GCB encompasses a group of researchers who thrive in a highly collaborative and multidisciplinary environment. Our faculty members come together to answer questions that would not be possible within a single discipline.
Duke Center for Combinatorial Gene Regulation: A Center of Excellence in Genomic Science
Five of the seven PIs on this interdisciplinary research team are members of GCB: Tim Reddy, Andrew Allen, Greg Crawford, Charlie Gersbach and Greg Wray. They, along with PIs Warren Kibbe, professor of biostatistics and bioinformatics, and Vandana Shashi, professor of pediatrics, are working to fundamenally transform the understanding of combinatorial regulatory mechanisms in the human genome. Their goal is to make combinatorial studies of the function of regulatory elements and noncoding variants routine. The culmination of this project will be the first systematic and comprehensive framework for determining the effects of combinations of regulatory elements on gene expression and downstream phenotypes. That outcome will transform human disease studies by newly prioritizing thousands of genes for targeted study and drug design. This project will also be a major step towards predicting the pathogenicity of noncoding variants that have not been observed, which is key for whole genome sequencing studies of both rate and common disease. This is the first NIH Center of Excellence in Genome Science grant Duke has received.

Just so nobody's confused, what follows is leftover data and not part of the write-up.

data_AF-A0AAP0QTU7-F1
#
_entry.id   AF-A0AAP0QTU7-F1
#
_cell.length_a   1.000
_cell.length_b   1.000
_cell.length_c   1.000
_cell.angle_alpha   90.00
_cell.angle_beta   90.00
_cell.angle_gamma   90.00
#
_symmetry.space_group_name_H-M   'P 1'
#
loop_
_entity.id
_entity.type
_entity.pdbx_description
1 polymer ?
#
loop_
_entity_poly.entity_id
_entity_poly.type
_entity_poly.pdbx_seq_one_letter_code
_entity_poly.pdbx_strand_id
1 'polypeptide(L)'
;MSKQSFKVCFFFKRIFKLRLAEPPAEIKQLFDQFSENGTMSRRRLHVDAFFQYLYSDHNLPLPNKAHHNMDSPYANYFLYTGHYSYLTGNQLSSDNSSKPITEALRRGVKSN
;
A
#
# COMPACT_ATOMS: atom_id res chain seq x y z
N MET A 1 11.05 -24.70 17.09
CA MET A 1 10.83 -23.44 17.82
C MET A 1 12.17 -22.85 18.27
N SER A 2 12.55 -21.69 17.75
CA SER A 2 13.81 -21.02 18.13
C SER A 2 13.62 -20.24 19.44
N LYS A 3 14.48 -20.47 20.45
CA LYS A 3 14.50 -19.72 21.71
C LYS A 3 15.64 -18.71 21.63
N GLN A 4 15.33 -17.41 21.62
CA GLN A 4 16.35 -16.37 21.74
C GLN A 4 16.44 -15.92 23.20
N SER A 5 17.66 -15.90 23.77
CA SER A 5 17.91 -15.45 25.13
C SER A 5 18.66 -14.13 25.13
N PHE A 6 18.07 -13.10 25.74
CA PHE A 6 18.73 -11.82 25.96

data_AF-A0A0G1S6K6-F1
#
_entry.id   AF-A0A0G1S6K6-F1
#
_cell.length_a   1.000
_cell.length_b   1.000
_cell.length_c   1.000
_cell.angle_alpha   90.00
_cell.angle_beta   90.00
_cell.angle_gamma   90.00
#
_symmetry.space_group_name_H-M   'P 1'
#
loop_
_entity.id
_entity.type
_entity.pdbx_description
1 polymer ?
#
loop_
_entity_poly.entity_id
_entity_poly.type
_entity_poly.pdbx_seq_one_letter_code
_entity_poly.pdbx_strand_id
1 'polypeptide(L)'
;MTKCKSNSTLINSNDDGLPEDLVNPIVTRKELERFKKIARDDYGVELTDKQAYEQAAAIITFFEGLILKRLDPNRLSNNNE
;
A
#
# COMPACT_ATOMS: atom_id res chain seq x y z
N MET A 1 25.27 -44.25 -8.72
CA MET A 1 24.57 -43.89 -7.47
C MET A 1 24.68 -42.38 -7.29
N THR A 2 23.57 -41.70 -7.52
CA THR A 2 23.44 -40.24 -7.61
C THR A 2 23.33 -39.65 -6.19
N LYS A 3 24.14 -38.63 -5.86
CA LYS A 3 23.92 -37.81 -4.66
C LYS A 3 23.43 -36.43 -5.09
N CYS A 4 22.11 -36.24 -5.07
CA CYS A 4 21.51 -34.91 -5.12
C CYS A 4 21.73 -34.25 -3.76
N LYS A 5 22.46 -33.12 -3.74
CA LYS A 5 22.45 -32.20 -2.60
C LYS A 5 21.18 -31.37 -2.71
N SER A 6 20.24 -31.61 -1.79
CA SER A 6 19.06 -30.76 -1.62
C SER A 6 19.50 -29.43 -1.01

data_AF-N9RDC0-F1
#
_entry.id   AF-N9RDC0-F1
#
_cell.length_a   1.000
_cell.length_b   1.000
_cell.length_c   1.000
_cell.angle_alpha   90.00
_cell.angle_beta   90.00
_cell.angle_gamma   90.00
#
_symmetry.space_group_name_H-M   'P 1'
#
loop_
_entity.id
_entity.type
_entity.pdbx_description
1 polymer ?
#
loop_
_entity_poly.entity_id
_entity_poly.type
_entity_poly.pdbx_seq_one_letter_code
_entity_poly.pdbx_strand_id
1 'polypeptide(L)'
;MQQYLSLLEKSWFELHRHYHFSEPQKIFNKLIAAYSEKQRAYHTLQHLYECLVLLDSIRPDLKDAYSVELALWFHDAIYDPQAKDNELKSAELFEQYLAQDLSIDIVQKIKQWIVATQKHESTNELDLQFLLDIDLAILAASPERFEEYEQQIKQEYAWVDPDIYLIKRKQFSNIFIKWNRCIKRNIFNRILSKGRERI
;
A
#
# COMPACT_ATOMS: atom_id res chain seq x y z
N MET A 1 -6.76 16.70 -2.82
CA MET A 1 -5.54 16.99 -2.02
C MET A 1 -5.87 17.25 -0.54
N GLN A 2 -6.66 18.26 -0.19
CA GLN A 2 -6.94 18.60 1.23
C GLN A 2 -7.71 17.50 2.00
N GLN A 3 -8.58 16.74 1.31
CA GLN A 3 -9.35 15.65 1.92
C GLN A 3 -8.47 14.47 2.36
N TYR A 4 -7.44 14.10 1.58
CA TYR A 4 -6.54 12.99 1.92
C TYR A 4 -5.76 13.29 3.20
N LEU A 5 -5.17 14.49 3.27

It takes a village: Gene Regulation in Cooperative Societies
As part of a Human Frontiers Science Grant, Jenny Tung and Sayan Mukherjee are collaborating with Luis Barreiro at the University of Montreal and Tim Clutton-Brock at the University of Cambridge to study a natural population of meerkats in the Kalahari Desert in South Africa. They are investigating the nature of tradeoffs between investment in reproductive effort and growth versus somatic maintenance. Meerkats live together in big clans, but only one female and a couple of males are breeders. The rest of the clan serve as helpers and aid in raising the pups. The group has a cell culture lab in the Kalahari Desert where they can quickly collect samples from both breeding and nonbreeding meerkats and conduct basic cell culture experiments to see whether cells from breeding individuals respond differently to pathogen threats from non-breeders.
Deciphering repeat sequences on transcriptional regulation of disease genes
Funded through the Holland Trice Scholars Award for high risk/high impact discovery in research in basic brain science and diseases, Raluca Gordân and Ornit Chiba-Falek collaborated on a project to investigate the effect of polymorphic repeat sequences on transcriptional regulation in the human brain in relation to neurodegenerative diseases. They showed that repetitive sequences can directly influence transcription factor binding to their proximate recognition sites, a mechanism they termed non-consensus binding. The team focused on a simple sequence repeat (SSR) Rep1, which is associated with Parkinson’s disease and has been implicated in the cis-regulation of the Parkinson’s disease SNCA gene. They investigated the effect of the Rep1 polymorphism on the binding of transcription factors from the GATA and ELK families and discovered that Rep1 modulates the affinities of the binding. Their findings suggest that Rep1 functions via the non-consensus binding mechanism to regulate the SNCNA in human brain tissue.